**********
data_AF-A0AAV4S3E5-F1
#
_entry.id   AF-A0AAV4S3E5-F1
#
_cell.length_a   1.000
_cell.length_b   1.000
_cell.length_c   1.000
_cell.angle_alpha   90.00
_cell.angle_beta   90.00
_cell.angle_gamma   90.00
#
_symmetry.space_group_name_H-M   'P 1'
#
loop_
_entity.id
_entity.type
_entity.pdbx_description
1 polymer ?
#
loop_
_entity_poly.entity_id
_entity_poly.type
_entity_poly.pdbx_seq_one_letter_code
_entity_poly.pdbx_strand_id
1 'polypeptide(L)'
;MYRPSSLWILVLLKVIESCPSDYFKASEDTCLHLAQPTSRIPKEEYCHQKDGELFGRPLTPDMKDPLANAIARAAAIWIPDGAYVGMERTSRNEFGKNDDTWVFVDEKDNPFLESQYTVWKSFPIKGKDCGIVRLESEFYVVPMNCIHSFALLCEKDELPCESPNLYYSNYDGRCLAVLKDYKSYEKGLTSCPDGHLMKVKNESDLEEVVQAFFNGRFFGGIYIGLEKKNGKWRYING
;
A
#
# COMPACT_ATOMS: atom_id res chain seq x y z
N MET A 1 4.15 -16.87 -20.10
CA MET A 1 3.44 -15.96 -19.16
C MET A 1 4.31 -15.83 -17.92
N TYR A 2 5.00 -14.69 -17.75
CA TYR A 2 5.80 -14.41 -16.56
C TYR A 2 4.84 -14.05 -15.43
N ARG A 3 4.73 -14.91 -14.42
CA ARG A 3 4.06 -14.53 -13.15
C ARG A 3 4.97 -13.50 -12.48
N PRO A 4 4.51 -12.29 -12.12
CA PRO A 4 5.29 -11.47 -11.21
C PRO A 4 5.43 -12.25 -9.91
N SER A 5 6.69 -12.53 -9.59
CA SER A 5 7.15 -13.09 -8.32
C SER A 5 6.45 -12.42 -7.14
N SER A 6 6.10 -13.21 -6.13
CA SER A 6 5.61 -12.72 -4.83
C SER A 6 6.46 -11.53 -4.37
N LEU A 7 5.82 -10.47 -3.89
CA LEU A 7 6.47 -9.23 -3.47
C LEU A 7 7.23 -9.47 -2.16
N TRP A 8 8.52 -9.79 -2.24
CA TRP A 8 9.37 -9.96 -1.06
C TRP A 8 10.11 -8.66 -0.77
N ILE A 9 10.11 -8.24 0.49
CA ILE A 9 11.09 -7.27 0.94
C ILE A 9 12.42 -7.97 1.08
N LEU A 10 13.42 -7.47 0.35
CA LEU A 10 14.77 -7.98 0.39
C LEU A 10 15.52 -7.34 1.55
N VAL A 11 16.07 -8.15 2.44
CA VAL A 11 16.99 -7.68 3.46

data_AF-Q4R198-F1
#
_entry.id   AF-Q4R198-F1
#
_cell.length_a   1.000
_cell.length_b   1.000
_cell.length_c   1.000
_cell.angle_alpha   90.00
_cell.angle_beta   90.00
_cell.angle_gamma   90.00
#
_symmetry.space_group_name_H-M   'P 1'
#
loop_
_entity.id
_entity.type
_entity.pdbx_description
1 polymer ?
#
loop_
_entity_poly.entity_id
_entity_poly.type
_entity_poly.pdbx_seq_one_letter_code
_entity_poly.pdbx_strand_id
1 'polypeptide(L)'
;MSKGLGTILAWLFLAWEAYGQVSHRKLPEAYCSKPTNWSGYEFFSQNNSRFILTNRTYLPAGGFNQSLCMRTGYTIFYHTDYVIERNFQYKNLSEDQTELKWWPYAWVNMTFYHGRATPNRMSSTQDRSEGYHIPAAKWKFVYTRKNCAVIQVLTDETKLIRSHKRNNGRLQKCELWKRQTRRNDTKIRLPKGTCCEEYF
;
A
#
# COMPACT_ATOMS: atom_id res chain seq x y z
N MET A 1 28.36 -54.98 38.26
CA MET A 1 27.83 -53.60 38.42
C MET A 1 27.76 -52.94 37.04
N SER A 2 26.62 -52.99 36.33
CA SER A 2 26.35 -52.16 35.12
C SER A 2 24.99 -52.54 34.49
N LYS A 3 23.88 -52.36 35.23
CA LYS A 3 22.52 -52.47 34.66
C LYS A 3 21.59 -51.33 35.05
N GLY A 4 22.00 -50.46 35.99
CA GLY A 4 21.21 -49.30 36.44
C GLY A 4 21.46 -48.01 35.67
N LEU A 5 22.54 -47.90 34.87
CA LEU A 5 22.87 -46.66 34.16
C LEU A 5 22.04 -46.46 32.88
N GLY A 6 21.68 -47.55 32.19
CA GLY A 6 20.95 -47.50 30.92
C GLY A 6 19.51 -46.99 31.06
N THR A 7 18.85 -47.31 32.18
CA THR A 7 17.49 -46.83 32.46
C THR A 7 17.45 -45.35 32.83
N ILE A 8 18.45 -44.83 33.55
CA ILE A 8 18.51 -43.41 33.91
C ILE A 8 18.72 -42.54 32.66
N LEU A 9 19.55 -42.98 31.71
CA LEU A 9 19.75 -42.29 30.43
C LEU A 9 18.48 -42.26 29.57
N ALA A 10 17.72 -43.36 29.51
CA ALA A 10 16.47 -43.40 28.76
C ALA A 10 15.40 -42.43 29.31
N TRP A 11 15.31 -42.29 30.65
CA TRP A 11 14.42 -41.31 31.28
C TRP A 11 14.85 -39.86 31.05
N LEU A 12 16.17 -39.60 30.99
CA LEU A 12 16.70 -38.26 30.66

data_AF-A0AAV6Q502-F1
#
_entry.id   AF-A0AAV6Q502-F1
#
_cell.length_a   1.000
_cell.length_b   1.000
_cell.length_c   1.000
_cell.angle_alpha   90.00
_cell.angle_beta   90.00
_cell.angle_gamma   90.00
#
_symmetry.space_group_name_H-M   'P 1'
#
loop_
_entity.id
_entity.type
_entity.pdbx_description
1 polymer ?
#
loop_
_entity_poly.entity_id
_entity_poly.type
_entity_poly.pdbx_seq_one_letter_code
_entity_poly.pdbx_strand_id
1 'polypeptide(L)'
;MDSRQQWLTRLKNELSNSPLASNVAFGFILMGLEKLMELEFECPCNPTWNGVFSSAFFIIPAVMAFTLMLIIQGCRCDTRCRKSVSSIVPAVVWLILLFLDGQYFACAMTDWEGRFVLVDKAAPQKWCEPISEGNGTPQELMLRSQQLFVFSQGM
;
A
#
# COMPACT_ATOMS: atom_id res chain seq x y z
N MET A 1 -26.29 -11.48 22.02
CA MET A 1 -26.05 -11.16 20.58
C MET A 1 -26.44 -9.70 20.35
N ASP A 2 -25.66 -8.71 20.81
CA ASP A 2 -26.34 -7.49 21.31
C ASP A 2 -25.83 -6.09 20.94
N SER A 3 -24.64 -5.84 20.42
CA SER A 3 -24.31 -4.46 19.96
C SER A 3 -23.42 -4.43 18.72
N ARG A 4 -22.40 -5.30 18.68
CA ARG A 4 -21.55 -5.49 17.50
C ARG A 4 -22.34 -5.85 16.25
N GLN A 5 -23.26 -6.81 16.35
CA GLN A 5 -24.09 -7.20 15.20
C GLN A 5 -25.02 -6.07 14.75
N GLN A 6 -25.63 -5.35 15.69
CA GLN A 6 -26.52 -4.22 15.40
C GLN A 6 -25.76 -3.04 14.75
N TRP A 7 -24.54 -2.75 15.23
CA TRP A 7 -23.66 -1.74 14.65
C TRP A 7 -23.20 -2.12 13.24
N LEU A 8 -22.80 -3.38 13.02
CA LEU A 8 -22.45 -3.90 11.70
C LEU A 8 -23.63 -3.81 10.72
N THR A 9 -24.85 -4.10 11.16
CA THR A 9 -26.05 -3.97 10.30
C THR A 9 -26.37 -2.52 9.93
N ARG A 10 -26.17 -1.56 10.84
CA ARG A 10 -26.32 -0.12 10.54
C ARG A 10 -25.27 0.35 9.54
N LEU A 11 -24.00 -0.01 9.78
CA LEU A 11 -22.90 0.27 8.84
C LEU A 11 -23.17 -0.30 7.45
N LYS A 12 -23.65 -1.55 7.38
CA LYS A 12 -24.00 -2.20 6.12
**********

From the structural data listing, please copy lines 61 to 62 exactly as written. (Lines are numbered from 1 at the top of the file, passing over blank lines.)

N VAL A 11 16.07 -8.15 2.44
CA VAL A 11 16.99 -7.68 3.46